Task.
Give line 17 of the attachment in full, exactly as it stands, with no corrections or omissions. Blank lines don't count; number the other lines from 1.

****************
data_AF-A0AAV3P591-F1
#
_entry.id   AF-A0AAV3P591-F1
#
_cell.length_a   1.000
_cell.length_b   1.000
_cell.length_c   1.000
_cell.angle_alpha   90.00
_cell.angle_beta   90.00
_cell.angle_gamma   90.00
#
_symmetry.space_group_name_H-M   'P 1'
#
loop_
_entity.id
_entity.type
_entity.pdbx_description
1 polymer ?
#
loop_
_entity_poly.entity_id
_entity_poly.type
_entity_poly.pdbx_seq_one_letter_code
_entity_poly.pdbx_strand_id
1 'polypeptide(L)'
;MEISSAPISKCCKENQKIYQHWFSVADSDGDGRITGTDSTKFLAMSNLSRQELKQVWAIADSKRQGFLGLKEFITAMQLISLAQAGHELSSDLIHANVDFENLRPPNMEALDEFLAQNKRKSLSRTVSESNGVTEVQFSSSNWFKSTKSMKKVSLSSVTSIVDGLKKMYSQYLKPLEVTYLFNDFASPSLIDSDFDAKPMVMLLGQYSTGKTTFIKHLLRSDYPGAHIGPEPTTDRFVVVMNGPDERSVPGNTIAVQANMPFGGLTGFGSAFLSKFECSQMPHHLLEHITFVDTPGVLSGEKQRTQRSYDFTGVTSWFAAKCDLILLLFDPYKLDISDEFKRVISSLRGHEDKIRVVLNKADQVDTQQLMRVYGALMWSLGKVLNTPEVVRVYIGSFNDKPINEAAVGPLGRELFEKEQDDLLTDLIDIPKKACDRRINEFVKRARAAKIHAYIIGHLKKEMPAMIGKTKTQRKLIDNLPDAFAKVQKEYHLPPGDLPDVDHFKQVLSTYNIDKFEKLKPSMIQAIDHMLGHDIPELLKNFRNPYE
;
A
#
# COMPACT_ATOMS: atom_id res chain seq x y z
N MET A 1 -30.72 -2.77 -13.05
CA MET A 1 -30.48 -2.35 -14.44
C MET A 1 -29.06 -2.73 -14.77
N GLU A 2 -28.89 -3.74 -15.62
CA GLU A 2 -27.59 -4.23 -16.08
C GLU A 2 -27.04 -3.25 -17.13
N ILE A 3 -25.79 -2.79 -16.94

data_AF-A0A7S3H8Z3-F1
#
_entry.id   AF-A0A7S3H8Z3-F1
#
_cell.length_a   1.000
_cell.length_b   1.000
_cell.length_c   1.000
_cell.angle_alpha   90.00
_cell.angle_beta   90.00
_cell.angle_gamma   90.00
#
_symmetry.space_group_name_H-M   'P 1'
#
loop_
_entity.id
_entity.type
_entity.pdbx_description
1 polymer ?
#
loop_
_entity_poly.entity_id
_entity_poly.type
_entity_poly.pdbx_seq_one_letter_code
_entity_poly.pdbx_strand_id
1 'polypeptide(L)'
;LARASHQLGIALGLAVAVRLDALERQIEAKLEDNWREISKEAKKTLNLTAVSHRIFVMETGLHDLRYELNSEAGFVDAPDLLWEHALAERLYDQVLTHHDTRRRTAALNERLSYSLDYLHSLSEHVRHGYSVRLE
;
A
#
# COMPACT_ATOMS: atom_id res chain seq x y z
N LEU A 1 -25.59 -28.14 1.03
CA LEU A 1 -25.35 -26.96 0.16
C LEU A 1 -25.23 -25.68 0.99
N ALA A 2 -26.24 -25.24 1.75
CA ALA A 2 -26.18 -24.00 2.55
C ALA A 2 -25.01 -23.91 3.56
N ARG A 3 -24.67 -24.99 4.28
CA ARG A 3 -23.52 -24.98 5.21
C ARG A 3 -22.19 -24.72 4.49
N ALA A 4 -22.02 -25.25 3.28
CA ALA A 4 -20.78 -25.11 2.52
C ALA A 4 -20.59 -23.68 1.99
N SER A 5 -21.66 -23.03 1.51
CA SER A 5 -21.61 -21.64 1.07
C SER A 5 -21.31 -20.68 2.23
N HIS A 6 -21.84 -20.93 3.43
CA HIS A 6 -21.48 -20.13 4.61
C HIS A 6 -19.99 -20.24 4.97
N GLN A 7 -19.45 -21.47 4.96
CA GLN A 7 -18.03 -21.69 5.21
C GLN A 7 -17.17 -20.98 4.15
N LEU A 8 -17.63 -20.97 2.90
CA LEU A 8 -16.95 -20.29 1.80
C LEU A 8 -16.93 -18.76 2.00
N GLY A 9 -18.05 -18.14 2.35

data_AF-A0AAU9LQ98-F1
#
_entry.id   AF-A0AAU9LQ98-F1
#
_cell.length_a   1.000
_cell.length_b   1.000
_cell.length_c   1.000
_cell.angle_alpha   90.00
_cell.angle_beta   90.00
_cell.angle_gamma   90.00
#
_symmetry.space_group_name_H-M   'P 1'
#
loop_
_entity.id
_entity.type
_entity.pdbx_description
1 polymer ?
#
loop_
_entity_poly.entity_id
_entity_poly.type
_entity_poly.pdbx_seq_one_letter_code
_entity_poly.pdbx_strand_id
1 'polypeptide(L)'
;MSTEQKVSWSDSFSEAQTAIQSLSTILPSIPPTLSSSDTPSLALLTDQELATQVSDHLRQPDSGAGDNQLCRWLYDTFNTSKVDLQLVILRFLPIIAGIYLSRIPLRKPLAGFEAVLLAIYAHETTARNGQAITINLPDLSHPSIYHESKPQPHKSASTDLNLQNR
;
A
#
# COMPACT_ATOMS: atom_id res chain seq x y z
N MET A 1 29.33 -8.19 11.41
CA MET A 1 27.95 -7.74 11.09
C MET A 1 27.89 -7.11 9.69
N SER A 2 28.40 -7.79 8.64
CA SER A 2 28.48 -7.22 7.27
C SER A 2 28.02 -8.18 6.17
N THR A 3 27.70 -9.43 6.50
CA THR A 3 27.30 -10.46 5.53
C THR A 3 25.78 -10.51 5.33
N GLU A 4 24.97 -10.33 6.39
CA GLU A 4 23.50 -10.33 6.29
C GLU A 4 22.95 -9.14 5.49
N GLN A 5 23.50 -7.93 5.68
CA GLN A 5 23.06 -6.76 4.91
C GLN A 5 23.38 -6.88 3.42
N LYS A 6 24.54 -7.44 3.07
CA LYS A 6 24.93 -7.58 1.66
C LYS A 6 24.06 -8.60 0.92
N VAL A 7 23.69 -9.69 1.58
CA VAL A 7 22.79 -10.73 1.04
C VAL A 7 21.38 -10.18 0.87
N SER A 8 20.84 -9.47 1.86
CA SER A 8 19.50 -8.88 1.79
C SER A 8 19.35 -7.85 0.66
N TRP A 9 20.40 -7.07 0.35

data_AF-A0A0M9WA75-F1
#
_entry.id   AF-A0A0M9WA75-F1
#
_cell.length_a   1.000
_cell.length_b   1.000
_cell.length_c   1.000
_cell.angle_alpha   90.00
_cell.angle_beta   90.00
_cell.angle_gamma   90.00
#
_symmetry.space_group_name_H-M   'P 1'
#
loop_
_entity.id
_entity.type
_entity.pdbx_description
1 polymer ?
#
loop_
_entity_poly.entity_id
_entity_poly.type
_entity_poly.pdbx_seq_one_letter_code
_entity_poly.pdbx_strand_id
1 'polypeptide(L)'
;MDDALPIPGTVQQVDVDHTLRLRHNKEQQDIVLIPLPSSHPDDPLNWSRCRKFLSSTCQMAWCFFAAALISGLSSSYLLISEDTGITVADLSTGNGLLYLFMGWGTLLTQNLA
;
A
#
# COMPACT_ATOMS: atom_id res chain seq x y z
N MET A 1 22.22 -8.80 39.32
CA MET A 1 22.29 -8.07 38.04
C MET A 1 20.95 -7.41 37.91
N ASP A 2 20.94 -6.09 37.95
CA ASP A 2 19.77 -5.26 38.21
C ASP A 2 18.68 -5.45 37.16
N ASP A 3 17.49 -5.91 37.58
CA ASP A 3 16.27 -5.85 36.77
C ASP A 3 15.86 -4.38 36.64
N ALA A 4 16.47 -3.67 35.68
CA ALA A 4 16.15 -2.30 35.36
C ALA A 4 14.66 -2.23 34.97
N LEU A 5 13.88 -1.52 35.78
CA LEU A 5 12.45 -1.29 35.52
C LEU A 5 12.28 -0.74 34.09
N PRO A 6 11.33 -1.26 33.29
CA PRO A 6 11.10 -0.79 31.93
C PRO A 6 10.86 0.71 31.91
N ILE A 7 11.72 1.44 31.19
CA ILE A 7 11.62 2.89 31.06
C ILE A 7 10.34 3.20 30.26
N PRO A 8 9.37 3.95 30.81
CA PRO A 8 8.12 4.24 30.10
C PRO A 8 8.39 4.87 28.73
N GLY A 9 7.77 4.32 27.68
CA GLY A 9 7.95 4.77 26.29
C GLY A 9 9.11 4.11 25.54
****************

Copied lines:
_entity.pdbx_description